I enjoyed participating in the Gov2.0 Expo Showcase last week and following the Twitter stream of the Gov2.0 Summit (a more detailed account will follow soon). Now, with the video stream available, it feels like I was there although I am missing the experience of the face-to-face encounters.
From personal experience of thinking and working to implement SocMed and other Web 2.0 technologies in government and government-like environments, I know that “It is easier to give communities tools than to give tools communities” (a memorable quote made by @lucian during the Gov2.0 Summit). So, what is missing?
@Gwynnek pointed out that “education is the real focus re: the supply chain for #gov20. The tools (again!) are easy” (originally addressed to @krazykriz @bashley and then retwitted by @govwiki). It is a good point that education is a very important factor. My experience from the field has taught me that there are additional factors to consider.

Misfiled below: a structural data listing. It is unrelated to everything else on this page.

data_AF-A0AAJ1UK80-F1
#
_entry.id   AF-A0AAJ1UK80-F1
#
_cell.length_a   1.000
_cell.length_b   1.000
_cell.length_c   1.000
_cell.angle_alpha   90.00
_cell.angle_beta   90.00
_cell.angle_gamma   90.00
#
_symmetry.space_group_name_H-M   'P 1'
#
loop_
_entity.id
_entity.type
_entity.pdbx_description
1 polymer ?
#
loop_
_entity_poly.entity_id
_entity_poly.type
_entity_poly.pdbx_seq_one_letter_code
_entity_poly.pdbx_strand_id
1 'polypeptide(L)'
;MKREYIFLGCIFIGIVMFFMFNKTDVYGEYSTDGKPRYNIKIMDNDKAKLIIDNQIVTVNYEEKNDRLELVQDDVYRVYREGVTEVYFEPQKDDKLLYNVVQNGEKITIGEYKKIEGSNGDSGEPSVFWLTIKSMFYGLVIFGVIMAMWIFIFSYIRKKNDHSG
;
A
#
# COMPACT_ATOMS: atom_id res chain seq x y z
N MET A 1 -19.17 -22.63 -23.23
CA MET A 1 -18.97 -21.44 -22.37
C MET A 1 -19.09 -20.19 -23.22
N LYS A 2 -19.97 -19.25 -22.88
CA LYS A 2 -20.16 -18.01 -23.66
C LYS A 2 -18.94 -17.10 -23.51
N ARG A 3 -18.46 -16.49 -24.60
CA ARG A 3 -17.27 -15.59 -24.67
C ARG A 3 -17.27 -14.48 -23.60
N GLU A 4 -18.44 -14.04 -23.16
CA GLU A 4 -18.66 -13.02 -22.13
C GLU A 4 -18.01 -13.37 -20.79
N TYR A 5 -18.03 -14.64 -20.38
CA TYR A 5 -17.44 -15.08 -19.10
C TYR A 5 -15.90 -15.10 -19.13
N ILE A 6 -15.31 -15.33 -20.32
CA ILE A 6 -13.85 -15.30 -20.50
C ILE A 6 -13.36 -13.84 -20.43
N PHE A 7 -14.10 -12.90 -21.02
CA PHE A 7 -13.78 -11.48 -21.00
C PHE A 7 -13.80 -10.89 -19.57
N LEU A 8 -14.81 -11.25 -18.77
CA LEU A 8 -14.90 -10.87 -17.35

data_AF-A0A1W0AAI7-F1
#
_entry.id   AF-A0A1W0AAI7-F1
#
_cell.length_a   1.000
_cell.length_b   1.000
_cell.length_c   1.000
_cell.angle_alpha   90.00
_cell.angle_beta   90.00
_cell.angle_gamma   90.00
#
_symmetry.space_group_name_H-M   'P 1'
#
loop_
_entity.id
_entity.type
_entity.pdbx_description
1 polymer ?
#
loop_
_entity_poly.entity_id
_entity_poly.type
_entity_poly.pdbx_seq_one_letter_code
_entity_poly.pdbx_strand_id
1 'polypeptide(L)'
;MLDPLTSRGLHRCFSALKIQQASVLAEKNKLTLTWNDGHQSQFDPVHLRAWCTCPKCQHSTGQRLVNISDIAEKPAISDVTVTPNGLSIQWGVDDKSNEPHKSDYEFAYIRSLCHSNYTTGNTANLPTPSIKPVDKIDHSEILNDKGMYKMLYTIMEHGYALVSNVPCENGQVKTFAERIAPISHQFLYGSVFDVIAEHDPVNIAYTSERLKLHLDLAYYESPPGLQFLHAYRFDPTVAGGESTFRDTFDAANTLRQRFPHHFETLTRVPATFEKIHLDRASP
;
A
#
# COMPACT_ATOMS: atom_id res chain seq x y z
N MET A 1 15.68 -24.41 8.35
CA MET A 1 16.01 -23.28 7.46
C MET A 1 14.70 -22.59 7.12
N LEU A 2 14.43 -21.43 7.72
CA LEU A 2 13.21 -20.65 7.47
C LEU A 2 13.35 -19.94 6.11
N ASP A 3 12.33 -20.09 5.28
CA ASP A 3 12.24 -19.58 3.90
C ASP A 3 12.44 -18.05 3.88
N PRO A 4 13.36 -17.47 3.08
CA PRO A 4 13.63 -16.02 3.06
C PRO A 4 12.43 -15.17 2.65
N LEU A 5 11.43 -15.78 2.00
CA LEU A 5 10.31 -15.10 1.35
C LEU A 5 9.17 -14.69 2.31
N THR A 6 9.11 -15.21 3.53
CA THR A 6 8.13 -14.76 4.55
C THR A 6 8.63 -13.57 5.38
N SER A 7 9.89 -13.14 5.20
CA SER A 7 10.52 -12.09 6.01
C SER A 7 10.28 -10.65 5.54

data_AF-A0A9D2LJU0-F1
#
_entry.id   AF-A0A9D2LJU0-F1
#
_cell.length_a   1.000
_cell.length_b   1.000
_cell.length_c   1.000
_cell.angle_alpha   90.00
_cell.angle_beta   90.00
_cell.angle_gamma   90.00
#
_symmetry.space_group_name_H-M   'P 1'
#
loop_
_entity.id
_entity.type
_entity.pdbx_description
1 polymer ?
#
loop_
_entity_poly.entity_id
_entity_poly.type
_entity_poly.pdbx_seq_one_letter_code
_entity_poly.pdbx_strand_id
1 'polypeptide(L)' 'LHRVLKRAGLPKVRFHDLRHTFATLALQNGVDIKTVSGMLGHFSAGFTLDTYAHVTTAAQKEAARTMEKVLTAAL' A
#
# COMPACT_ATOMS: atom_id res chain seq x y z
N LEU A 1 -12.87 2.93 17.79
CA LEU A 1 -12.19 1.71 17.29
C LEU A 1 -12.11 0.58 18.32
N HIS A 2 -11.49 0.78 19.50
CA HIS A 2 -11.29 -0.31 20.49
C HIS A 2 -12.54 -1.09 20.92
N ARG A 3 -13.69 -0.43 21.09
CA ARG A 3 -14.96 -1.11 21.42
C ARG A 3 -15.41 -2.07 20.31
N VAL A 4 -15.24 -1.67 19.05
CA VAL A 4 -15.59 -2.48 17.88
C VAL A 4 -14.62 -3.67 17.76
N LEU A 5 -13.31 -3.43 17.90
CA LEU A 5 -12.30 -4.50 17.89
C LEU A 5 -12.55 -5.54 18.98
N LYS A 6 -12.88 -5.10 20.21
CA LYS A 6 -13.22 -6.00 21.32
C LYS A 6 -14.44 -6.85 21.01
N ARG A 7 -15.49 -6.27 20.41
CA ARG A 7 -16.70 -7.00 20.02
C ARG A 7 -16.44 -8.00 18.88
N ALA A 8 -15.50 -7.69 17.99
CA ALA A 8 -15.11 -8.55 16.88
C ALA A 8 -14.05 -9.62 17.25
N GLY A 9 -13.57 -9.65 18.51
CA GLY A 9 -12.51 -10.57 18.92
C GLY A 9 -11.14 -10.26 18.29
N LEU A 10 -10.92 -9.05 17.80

Web 2.0 brings new capabilities to the table in such a way that it changes the game plan in many cases by providing, for example, a multi-directional dialog- participation. It also allows “non-experts” to do work that official experts have been doing all of those years. This could have an important disrupting effect on the ways organizations and individuals go about doing things. Thus, it can produce resistance from people and organizations who like to continue to do things the way they always done it. To resolve such difficulties, one needs both education AND social and organizational work. This is not simple, however.
This is the essence of my answer Tweet: “RT @govwiki: RT @gwynnek: @krazykriz @bashley education is the real focus re:supply chain 4 #gov20. The tools r ea.. EDUCATION CAN B LIMITED”